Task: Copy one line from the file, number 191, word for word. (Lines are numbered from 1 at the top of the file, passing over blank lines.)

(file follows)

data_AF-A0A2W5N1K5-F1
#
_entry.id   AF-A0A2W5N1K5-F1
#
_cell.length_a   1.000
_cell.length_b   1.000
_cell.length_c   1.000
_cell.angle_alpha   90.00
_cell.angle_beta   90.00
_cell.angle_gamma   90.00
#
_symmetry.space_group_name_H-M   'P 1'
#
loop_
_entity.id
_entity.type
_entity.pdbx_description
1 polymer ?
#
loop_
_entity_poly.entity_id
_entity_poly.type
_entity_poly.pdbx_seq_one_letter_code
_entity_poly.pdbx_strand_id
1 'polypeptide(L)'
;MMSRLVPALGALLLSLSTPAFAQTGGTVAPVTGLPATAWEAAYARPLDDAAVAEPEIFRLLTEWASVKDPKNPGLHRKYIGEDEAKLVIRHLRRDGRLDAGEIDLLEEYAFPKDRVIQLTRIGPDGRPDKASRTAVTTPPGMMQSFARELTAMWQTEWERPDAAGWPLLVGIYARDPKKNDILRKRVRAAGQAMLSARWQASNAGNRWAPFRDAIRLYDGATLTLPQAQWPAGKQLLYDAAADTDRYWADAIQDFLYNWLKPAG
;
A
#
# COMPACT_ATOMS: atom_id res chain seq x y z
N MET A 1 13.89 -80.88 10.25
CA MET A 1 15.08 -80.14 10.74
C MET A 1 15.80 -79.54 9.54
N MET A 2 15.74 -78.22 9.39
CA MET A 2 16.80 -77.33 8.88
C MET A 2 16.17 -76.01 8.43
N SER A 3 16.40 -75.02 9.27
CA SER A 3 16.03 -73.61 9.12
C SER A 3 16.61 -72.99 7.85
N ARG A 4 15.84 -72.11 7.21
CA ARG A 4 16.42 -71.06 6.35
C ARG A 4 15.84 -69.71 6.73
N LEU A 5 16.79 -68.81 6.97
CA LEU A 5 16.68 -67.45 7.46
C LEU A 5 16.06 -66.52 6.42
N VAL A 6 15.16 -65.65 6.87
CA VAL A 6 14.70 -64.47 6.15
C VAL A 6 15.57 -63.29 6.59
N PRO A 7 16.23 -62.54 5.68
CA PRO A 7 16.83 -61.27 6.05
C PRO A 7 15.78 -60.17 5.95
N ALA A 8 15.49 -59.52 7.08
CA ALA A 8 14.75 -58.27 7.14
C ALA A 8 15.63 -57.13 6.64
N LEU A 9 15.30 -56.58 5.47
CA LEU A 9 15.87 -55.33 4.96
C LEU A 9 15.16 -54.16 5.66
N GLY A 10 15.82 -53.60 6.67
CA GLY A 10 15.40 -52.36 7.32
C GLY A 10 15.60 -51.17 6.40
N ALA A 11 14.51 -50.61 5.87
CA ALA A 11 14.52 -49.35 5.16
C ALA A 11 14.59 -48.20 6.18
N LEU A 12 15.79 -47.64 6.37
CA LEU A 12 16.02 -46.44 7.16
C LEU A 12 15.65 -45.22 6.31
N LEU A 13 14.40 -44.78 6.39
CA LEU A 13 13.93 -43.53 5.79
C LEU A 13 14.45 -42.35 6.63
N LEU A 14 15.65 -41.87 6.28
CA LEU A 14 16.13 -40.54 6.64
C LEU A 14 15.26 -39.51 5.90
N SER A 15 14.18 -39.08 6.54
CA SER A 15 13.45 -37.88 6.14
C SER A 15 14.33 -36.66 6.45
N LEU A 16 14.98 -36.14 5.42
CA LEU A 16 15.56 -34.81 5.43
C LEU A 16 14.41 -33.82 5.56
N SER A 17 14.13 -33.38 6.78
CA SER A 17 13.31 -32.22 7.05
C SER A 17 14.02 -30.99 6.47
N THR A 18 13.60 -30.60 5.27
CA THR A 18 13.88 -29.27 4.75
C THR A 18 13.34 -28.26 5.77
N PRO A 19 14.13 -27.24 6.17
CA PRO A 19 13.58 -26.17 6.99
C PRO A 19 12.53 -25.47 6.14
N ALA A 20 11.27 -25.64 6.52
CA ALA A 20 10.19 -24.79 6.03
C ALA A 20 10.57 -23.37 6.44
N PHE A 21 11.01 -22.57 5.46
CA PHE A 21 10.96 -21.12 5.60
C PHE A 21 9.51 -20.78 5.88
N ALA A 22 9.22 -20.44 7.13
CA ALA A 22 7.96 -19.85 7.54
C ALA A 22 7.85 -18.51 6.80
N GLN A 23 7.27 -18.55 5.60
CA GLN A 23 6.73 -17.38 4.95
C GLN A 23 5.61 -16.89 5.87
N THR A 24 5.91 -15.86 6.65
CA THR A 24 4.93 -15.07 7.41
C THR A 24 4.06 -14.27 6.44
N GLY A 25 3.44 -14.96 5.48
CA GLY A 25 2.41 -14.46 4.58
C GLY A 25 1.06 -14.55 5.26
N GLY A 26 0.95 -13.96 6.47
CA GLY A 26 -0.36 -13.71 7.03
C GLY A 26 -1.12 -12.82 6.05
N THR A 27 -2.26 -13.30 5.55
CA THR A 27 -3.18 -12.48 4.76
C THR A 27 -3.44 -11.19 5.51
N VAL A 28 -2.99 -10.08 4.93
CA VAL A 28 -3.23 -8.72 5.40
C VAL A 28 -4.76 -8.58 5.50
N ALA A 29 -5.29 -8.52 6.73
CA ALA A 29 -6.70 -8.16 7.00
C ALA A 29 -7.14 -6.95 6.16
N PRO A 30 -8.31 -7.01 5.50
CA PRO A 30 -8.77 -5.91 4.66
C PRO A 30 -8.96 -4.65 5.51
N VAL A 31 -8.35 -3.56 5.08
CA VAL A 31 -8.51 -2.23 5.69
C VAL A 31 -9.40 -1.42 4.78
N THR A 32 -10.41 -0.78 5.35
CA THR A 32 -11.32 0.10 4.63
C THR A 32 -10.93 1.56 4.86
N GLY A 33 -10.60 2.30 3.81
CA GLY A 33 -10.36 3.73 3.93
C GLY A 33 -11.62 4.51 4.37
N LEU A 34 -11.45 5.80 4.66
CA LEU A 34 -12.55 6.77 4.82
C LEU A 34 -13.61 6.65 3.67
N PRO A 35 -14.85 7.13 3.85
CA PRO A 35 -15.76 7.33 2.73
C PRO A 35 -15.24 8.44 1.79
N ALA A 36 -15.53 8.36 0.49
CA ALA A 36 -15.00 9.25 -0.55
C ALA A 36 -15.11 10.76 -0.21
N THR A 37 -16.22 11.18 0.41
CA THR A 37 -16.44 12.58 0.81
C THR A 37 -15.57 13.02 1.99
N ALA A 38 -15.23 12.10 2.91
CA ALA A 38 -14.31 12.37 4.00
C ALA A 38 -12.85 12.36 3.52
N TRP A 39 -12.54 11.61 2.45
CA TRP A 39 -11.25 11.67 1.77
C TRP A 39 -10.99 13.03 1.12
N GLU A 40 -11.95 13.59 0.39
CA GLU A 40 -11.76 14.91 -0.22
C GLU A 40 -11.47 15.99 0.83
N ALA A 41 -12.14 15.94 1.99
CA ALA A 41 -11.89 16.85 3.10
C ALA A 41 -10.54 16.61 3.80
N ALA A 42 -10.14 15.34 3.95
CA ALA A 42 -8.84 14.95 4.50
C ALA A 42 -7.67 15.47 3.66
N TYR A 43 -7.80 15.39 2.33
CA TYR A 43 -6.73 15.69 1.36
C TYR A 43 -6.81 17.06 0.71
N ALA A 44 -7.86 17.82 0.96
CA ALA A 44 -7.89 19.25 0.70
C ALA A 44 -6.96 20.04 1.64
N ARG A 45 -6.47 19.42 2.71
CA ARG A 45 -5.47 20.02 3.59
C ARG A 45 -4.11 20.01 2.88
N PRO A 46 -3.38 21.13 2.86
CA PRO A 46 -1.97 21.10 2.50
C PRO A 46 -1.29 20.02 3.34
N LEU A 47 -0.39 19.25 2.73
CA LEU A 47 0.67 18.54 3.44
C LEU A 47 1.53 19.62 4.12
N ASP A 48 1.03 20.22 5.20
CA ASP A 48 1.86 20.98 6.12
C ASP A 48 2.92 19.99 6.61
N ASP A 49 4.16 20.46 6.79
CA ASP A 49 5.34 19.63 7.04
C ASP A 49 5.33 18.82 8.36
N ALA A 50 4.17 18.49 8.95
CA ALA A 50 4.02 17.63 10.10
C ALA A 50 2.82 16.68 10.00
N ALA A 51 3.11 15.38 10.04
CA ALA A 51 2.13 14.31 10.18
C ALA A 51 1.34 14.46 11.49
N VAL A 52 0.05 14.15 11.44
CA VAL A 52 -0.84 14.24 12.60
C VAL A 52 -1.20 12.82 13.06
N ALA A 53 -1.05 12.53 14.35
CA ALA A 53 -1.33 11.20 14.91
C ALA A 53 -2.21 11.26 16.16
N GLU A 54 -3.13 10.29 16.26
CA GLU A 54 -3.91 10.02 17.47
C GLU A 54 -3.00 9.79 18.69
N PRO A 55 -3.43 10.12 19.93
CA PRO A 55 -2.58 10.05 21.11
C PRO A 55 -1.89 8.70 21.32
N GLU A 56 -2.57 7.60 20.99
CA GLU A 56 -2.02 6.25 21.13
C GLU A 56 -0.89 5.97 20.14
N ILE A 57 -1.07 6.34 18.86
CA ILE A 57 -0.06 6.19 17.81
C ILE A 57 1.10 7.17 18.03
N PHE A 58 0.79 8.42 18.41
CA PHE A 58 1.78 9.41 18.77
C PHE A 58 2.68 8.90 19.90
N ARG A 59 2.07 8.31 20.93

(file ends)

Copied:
CA GLU A 54 -3.91 10.02 17.47